I started thinking about how to measure if trainer is in form or not. As I already determine if a run was a good or not, why not use this for all of trainers horses and not only per individual horse.
So, I calculated two different measures in similar way as suitability score. One with score since the beginning of my dataset (2012) called Tform and one for 20 previous starts of trainers horses, Tform20. Idea was that if Tform20 was higher than all time Tform then trainer would be considered to be in form and if it was lower trainer would be considered to be out of form. Tform rating has range from -100 to +100.
Below is a chart showing strike rate based on Tfrom and for different rating ranges. Included is line for all, only those considered in form and those considered to be out of form.
Interestingly there is pretty steep drop at top end of the scale while for most of the time strike rate increases rather linearilly as Tform rating increases. And as planned, in form trainers have slightly higher strike rate almost throughout the range.
Let’s see if situation changes when we use Tform20 as the base rating.
Interesting. In form trainers don’t differ that much from average strike rate for given rating range and out of form trainers perform really erratically.
One reason could be that I have only two years worth of data here, 2013 and 2014. I need to see how this develops.
In last chart let’s look at how many runs there were in each rating range for both of the ratings.
For one system test I am running I have been collecting early Betfair prices the night before for all of the selections before making the final decision. And I started wondering that how accurate they are. I only have data for little over 800 selections and they are part of currently profitable set of selections so that might color the results but still, I am surprised at the accuracy of the early odds. Chart over different odds ranges is shown below.
Actual number winners over the data is 179 and expected number based on early odds is 183 while expected number of winners based on BSP is only 162. Well, that shouldn’t surprise as system wouldn’t be making profit against BSP unless it was beating the accuracy of BSP.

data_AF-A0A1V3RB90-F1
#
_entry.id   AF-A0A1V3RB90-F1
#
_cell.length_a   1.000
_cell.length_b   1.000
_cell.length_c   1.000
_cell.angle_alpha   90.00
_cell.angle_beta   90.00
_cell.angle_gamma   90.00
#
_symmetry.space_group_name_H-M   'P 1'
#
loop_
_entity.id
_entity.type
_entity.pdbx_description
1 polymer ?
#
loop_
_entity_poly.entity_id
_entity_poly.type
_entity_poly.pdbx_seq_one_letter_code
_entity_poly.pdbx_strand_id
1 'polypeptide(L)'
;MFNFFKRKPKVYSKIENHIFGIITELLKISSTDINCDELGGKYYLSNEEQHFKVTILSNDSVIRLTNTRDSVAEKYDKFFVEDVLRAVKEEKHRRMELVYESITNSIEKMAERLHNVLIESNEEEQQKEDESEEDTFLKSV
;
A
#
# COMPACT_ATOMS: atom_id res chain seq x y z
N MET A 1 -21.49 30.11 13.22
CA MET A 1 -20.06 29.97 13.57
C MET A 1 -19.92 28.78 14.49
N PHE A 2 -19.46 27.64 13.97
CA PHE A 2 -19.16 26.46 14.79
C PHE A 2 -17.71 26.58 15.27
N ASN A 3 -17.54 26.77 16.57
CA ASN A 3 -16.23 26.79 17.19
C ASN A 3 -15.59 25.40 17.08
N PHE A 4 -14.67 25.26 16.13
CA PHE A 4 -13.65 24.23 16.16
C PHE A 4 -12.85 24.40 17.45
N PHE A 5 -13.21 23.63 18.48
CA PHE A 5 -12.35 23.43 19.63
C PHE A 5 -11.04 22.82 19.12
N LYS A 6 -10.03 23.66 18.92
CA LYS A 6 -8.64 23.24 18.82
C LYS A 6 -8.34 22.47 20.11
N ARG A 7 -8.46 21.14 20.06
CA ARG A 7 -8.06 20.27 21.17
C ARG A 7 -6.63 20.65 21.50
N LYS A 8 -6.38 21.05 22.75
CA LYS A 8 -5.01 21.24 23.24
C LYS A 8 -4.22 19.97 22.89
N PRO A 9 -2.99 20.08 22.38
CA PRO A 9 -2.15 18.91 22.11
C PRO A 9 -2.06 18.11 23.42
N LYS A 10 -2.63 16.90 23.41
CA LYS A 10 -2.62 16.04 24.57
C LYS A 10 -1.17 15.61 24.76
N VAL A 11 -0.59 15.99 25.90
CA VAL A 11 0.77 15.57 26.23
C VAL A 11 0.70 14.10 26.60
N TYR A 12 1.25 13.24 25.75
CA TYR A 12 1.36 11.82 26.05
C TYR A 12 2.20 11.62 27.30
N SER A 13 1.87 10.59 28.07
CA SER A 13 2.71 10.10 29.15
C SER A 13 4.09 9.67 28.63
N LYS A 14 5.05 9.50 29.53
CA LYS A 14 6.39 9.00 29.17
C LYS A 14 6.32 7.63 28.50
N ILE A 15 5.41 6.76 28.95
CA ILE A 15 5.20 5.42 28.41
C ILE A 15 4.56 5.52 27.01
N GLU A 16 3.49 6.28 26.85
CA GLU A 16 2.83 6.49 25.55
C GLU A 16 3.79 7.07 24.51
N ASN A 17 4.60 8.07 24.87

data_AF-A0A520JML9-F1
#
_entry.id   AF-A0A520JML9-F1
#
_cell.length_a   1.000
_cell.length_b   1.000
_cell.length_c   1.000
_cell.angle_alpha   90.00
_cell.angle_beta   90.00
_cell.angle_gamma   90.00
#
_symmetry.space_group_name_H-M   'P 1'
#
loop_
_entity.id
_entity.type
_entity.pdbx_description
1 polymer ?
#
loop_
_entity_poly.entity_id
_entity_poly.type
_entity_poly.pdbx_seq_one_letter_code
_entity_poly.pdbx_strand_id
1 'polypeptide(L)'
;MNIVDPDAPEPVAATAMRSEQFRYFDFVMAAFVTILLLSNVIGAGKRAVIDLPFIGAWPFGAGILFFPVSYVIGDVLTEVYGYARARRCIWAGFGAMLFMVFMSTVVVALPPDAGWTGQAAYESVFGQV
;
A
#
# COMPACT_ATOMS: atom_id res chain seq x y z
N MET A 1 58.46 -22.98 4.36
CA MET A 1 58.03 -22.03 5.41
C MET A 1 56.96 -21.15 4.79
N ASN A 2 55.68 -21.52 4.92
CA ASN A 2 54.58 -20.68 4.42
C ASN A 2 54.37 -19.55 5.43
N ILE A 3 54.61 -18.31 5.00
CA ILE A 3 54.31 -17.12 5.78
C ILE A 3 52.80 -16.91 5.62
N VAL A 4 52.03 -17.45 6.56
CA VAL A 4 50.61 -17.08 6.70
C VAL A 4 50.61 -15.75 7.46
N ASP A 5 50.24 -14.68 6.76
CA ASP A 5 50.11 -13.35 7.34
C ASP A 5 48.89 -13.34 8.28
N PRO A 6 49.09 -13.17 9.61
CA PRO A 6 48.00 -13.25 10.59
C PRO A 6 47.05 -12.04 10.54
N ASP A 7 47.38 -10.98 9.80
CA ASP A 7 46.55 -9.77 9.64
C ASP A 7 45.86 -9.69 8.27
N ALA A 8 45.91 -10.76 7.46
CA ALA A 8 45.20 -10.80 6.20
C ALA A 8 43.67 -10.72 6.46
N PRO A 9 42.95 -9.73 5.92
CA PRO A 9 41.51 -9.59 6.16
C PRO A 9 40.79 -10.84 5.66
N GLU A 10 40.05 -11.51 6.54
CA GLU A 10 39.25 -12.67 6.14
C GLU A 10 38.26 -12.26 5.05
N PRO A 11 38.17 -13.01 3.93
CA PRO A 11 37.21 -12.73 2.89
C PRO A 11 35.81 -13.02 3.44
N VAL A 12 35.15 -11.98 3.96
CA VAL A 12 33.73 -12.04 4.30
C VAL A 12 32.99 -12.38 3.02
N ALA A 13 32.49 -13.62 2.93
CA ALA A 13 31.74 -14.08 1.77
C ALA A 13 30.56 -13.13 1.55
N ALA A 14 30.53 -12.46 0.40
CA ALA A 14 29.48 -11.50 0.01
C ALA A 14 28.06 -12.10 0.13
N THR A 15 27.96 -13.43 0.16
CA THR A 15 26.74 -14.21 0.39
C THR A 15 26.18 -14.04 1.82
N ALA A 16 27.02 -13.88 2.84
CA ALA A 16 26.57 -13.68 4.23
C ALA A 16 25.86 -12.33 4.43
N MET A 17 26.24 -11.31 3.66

I need to see if I can get hold of more and more complete set of data that wouldn’t be coloured by my selection process to be able to do more throughout analysis.
This subject actually touches on very first article I wrote for SmartSigger about accuracy of Racing Post forecast and if it would be possible to make profits when betting against the public.
Finally managed to do some analysis on effect of Suitability Score to strikerate. Below is chart where data from 1st Nov 2013 to 31st October 2014 is charted base on different Suitability scores. Scores mobe throughout the range og -100 to 100.
Different scores are:
- Weight: +/- 5% from the current days weight carried
- Class: Same purse class (my own class division based on purse of winner)
- Going: On same going
- Distance: Rounded to full furlongs
- Type: Same type of race, Flat, AW, etc.
- CGDT: Same (Purse)Class, Going, Distance and Type as today
Now that I finally found a way to calculate if a race was good, bad or merely OK. I took all races run between 1.10.2012 – 30.9.2014 and looked at last run each runner had had and determined if it was good bad or ok.
Now I was able to calculate if my method was up to anything, reasoning is that if last run was a good one then that should improve the odds of winning for that horse. And it actully did, from the table below you can see how performance in previous race affected strike rate.
None of the the above made any profits but at this point I am more interested in ways that let me forecast the winner and I am happy with anything that has a better strikerate than choosing randomly. And in races in question betting randomly one would have achieved strikerate of approximately 10%. My good runs last time out perform better than that and as importantly, races deemed bad perform worse.
I didn’t expect to find profits by using only one indicator so I was surprised that Hunter Chases and NH Flats combined made almost 600 points of profit over two years using just this one indicator. And that is over almost thousand races with roughly 450 winners. Not too shabby I’d say.
While this is not about horse racing it would be cool to see something similar from different horse race courses. Something like this could possibly be used for grouping similar tracks together.